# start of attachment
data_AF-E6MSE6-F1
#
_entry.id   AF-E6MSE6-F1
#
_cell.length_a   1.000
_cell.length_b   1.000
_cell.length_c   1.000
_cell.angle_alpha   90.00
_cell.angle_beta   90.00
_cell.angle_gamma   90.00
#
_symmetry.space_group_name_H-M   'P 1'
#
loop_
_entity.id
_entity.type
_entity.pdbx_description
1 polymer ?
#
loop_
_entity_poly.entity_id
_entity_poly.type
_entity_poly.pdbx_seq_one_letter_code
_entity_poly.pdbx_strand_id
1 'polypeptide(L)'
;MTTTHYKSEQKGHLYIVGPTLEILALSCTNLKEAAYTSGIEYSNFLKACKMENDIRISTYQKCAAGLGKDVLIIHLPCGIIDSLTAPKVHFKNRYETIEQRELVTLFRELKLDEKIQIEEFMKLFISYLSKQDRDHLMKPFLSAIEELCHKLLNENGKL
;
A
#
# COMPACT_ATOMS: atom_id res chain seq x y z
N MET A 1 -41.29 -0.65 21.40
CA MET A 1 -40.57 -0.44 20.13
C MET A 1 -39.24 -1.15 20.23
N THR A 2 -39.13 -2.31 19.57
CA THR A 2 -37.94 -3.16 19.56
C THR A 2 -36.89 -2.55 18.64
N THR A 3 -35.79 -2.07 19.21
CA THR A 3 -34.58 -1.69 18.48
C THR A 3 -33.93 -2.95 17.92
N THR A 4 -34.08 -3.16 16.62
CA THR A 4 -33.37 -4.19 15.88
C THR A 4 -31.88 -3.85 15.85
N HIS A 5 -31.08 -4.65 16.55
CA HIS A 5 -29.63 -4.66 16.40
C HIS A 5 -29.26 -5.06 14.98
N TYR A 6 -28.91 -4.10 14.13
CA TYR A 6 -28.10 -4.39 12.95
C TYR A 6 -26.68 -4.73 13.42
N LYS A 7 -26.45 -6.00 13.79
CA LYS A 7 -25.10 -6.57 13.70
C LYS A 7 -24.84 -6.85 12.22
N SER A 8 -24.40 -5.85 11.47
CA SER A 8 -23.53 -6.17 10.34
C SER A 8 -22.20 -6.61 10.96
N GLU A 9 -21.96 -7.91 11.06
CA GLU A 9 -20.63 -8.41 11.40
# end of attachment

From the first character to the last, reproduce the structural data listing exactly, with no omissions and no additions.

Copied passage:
data_AF-E6MSE6-F1
#
_entry.id   AF-E6MSE6-F1
#
_cell.length_a   1.000
_cell.length_b   1.000
_cell.length_c   1.000
_cell.angle_alpha   90.00
_cell.angle_beta   90.00
_cell.angle_gamma   90.00
#
_symmetry.space_group_name_H-M   'P 1'
#
loop_
_entity.id
_entity.type
_entity.pdbx_description
1 polymer ?
#
loop_
_entity_poly.entity_id
_entity_poly.type
_entity_poly.pdbx_seq_one_letter_code
_entity_poly.pdbx_strand_id
1 'polypeptide(L)'
;MTTTHYKSEQKGHLYIVGPTLEILALSCTNLKEAAYTSGIEYSNFLKACKMENDIRISTYQKCAAGLGKDVLIIHLPCGIIDSLTAPKVHFKNRYETIEQRELVTLFRELKLDEKIQIEEFMKLFISYLSKQDRDHLMKPFLSAIEELCHKLLNENGKL
;
A
#
# COMPACT_ATOMS: atom_id res chain seq x y z
N MET A 1 -41.29 -0.65 21.40
CA MET A 1 -40.57 -0.44 20.13
C MET A 1 -39.24 -1.15 20.23
N THR A 2 -39.13 -2.31 19.57
CA THR A 2 -37.94 -3.16 19.56
C THR A 2 -36.89 -2.55 18.64
N THR A 3 -35.79 -2.07 19.21
CA THR A 3 -34.58 -1.69 18.48
C THR A 3 -33.93 -2.95 17.92
N THR A 4 -34.08 -3.16 16.62
CA THR A 4 -33.37 -4.19 15.88
C THR A 4 -31.88 -3.85 15.85
N HIS A 5 -31.08 -4.65 16.55
CA HIS A 5 -29.63 -4.66 16.40
C HIS A 5 -29.26 -5.06 14.98
N TYR A 6 -28.91 -4.10 14.13
CA TYR A 6 -28.10 -4.39 12.95
C TYR A 6 -26.68 -4.73 13.42
N LYS A 7 -26.45 -6.00 13.79
CA LYS A 7 -25.10 -6.57 13.70
C LYS A 7 -24.84 -6.85 12.22
N SER A 8 -24.40 -5.85 11.47
CA SER A 8 -23.53 -6.17 10.34
C SER A 8 -22.20 -6.61 10.96
N GLU A 9 -21.96 -7.91 11.06
CA GLU A 9 -20.63 -8.41 11.40